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The Mutual Fund, ETF Battle: Part One

T. Rowe Price's retail marketing head maintains that ETFs won't supplant open-end funds.

Let's get ready to rumble ... over mutual funds!

Right now the battle between traditional open-end mutual funds and exchange-traded funds is very much a David vs. Goliath match-up. Stock and bond mutual funds held roughly $9.2 trillion dollars as of January, according to the Investment Company Institute. Over in the challenger's corner, ETF assets weighed in at just $315 billion.

Despite the vast weight differential, ETFs, which are index funds that trade like stocks, have momentum on their side.

The combined assets of ETFs grew 41% year-over-year in January, compared with a 15% jump for mutual funds. Of course, mutual funds are coming off an $8 trillion base, so rapid growth isn't as easy. But the number of mutual funds, including money market funds, fell 1% from 8,046 in January 2005 to 7,989 a year later, according to the ICI. Meanwhile, the number of ETFs grew 35% over the same period, to 205 from 152, and it seems like barely a week goes by without a new one hitting the market.

asked Alex Savich, the head of mutual fund giant

T. Rowe Price's

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retail marketing group, to size up the two gladiators, handicapping the pros and cons of each investing vehicle. T. Rowe Price offers 80-plus funds holding more than $170 billion in assets, but it has not yet launched an ETF.

In tomorrow's ETF Tuesday column, we'll hear from a money manager who designs ETF-only portfolios to get his take on the investing products battling for your money. What are the biggest benefits of owning traditional open-end mutual funds vs. owning ETFs?

Alex Savich

: Open-end funds come with a high level of client-service and portfolio-management tools. These decision-support tools and services are particularly appealing to individual investors. Open-end funds also can offer active stock selection by a professional fund manager. Both ETFs and open-end funds offer investors greater diversification vs. holding individual securities.

Are there any circumstances under which you believe an ETF would be a better option for an investor than a traditional mutual fund?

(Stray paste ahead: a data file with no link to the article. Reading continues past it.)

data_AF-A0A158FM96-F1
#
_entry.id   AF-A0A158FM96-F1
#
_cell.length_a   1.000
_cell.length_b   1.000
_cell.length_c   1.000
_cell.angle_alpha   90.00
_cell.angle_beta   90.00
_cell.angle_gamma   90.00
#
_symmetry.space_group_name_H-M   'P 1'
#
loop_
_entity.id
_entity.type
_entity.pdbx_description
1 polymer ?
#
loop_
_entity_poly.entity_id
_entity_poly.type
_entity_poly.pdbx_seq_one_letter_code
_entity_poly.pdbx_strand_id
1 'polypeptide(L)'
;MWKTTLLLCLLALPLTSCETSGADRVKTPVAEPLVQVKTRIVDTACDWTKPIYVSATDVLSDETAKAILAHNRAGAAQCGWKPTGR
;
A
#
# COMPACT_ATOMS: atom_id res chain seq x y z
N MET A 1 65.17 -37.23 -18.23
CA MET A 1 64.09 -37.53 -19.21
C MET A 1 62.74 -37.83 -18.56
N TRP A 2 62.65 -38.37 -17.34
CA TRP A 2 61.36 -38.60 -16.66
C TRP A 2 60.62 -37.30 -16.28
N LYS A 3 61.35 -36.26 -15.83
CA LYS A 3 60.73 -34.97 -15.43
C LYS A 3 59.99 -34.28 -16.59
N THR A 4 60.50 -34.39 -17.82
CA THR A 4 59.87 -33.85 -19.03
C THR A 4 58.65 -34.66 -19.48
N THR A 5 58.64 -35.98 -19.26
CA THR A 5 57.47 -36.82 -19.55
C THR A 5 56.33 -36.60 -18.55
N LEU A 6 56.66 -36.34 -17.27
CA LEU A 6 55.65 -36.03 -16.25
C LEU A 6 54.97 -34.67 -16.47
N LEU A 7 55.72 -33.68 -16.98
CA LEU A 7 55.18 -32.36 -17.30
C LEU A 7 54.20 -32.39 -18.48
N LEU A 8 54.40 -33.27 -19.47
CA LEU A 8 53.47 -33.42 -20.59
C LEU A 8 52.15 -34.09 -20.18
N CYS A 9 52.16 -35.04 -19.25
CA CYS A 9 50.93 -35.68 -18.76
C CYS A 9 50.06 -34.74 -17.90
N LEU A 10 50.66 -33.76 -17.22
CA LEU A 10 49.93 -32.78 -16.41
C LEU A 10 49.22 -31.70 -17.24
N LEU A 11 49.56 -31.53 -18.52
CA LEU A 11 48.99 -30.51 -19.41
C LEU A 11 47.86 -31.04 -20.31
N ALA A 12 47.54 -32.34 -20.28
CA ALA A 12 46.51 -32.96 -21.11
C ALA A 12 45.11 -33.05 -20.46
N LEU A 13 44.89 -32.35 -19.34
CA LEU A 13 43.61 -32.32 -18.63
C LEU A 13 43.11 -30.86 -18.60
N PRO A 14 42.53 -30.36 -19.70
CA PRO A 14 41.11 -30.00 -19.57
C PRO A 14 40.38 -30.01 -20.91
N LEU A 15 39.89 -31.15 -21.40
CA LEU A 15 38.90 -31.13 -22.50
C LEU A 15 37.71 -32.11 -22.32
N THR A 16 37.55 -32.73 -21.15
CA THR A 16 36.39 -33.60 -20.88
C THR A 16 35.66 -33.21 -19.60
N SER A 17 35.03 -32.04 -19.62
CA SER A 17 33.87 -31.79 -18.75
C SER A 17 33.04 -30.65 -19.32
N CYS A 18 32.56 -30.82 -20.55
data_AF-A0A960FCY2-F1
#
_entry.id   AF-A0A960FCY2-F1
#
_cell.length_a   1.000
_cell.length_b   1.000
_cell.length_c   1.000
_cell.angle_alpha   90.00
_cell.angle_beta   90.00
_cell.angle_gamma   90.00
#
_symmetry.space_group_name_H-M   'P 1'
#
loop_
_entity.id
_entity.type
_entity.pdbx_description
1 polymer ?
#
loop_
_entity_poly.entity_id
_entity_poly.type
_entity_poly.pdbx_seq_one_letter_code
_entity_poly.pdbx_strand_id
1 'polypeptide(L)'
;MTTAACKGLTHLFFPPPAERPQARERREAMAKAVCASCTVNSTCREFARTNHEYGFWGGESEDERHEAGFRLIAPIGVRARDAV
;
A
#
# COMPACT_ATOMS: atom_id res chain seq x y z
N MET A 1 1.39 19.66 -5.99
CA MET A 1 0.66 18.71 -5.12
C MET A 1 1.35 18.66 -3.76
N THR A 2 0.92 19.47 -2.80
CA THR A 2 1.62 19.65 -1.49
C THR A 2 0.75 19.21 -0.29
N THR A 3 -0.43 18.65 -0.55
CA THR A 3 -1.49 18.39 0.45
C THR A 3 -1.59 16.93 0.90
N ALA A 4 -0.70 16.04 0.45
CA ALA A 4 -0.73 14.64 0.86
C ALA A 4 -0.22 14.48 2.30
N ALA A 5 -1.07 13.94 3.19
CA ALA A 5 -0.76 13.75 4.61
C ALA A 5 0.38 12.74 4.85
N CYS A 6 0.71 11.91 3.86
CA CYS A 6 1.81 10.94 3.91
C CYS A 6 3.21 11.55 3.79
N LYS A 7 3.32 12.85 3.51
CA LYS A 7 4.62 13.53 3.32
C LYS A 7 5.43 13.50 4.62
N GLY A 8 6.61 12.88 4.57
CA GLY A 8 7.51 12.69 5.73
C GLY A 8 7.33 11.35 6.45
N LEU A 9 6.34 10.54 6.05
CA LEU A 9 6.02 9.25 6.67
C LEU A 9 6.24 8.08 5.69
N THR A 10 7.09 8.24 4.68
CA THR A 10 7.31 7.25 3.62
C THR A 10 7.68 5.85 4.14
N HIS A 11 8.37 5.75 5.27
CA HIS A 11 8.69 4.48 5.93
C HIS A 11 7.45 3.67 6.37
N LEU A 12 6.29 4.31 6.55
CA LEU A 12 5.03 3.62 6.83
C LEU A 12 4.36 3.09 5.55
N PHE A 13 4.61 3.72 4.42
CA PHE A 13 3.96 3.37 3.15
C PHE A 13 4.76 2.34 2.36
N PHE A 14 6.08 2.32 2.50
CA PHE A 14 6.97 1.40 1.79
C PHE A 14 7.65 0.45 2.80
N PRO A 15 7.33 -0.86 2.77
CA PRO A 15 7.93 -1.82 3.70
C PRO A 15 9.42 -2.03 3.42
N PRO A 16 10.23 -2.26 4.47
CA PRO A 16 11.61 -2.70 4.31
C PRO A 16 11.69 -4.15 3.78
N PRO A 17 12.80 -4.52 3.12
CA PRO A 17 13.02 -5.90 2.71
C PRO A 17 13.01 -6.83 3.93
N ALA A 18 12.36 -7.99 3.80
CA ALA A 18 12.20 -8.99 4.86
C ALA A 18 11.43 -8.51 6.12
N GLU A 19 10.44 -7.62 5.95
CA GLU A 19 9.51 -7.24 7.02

This will vary for each investor based on his specific situation. Each investor needs to add the cost of the brokerage commissions to buy and sell the ETF, plus the management expenses in order to compare costs vs. a similar open-end index fund. The investment holding period and the investment amount will have a major impact on the outcome of this cost analysis.

ETFs have been gaining a lot of momentum and notoriety recently. Some people are going as far as saying that ETFs will eventually supplant traditional open-end mutual funds. Is this a possibility?

ETFs and open-end funds each offer distinct advantages that meet specific investor needs. And investors are not just comparing ETFs to open-end funds. Many investors could be using sector ETFs to replace individual stocks in their brokerage account. There is a good chance that investors will continue to use a combination of ETFs, open-end funds and individual stock investments to build their investment portfolios.

A lot of this debate probably goes back to the old battle between index investing and actively managed investing, doesn't it?

Yes, but ETF growth is also impacted by the increased availability of low-commission-cost online brokerage accounts. And the last bear market showed many investors how risky it could be to own individual stocks.

If actively managed ETFs ever make their way through the SEC and onto the market, how will this affect the battle between funds and ETFs? How will this affect the entire fund mutual fund world?

We don't see this as a battle between ETFs and open-end funds. Each structure can play a legitimate role in a portfolio. The important thing is helping investors find the best product for their particular investment goal.

Barclays Global Investors has amassed a huge lead on the ETF front. Does T. Rowe Price have any plans in terms of ETFs?

We are tracking developments in the industry, but we have no current plans to launch an index ETF. We are, though, focusing on ways to improve the ETF information and education available to our customers through their T. Rowe Price discount brokerage accounts.